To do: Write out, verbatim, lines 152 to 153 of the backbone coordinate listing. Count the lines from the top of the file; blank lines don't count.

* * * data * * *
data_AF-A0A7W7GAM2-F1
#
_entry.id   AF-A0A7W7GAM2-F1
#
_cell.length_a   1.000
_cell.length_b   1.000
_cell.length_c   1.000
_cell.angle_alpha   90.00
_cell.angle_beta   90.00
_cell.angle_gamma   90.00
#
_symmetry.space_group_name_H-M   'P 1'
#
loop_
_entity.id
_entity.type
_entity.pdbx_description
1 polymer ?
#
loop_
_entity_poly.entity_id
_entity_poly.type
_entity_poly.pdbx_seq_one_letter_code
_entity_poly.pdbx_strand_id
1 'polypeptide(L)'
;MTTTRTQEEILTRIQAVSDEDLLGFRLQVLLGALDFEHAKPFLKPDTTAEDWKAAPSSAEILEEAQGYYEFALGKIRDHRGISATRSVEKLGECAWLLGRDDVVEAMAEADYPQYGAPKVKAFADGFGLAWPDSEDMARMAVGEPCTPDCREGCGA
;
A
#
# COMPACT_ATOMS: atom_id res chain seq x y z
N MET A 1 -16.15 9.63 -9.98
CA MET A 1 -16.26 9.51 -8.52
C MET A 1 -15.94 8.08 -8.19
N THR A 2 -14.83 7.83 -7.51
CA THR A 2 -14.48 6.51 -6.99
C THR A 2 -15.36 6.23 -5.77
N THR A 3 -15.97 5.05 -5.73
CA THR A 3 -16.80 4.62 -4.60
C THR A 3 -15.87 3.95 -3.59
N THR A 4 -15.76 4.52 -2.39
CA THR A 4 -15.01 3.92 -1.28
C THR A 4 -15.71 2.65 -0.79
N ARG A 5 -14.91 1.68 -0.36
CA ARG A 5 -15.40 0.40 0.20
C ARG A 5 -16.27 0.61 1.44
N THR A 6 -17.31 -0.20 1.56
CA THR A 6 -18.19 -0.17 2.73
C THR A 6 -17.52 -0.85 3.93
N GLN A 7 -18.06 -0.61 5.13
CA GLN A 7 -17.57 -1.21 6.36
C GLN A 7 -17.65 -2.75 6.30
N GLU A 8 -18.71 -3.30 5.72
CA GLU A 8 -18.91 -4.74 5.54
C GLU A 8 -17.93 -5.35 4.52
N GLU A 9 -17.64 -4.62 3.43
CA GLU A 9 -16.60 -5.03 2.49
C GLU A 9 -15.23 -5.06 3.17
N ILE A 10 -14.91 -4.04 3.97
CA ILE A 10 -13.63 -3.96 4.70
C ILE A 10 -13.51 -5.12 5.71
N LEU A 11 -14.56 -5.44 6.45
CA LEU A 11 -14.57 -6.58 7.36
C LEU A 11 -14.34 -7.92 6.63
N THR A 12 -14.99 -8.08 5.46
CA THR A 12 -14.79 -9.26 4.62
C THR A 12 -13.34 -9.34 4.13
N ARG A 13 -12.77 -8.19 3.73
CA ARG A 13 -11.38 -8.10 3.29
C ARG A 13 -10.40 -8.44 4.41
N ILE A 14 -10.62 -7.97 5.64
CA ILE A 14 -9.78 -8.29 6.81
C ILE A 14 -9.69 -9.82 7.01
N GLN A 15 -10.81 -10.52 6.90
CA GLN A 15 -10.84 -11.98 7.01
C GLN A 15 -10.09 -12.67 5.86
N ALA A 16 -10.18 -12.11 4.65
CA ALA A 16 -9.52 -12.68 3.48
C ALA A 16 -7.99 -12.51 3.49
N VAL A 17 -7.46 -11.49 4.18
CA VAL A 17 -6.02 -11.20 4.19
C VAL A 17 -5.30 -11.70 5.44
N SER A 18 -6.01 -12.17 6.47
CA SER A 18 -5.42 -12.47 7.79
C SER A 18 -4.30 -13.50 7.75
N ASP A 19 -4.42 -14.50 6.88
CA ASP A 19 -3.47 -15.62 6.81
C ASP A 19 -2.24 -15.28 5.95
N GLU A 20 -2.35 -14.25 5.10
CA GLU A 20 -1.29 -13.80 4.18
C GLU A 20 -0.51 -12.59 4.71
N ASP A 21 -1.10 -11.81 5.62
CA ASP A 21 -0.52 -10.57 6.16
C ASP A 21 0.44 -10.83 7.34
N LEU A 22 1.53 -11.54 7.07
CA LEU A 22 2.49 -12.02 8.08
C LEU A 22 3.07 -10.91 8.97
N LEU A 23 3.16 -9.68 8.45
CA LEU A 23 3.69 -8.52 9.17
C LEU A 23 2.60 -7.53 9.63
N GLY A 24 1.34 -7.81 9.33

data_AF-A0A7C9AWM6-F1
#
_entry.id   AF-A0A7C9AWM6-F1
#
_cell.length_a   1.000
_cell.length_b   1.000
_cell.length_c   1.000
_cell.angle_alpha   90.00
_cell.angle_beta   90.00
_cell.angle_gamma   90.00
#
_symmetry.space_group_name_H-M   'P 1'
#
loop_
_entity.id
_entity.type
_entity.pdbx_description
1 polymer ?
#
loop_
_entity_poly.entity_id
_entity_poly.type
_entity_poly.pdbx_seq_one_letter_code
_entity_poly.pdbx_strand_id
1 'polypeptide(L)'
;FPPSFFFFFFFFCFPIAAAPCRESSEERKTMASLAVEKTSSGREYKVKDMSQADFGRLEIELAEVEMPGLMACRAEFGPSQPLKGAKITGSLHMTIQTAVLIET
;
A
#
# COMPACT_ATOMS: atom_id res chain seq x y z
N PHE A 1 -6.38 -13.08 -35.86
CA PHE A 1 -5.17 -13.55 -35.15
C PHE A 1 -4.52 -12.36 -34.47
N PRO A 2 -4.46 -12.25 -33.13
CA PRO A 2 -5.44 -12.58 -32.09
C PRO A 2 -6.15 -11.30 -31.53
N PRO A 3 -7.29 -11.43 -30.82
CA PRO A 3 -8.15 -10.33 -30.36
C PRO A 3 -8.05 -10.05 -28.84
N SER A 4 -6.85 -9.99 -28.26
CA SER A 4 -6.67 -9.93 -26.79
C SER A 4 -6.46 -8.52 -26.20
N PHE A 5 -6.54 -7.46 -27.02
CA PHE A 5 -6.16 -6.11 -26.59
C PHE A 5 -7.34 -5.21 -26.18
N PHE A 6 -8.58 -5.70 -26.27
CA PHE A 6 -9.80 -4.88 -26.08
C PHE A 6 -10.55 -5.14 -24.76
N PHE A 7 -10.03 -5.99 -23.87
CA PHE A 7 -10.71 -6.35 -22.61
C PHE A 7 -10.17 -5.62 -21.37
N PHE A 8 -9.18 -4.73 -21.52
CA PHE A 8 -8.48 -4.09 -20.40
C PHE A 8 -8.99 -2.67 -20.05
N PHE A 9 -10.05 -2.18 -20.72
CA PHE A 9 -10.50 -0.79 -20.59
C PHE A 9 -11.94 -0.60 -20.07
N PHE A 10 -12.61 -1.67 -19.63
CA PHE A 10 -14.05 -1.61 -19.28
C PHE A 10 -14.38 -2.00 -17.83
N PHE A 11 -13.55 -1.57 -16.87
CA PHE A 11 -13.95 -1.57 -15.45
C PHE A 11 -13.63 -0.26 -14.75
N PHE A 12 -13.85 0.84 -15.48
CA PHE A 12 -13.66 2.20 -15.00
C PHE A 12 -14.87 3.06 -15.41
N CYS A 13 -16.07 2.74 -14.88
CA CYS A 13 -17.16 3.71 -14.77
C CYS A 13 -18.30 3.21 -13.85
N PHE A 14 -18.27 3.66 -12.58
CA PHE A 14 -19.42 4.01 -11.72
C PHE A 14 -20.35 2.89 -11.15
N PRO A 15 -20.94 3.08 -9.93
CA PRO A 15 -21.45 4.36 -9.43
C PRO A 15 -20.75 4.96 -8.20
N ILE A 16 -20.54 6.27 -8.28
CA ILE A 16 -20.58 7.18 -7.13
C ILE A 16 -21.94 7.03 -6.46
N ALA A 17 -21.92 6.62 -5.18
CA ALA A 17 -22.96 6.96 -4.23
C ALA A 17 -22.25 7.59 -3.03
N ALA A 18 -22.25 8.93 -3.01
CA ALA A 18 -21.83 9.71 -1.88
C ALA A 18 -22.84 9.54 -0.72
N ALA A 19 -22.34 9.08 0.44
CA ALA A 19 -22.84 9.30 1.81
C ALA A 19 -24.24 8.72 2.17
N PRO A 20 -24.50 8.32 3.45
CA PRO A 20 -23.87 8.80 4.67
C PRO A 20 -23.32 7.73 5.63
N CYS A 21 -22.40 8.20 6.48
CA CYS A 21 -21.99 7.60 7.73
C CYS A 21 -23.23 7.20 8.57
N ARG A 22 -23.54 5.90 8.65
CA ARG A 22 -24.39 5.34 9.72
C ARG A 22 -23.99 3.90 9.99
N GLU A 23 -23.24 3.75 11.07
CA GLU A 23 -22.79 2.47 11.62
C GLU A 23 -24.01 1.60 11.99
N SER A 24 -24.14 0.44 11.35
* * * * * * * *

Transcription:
N PHE A 8 -9.18 -4.73 -21.52
CA PHE A 8 -8.48 -4.09 -20.40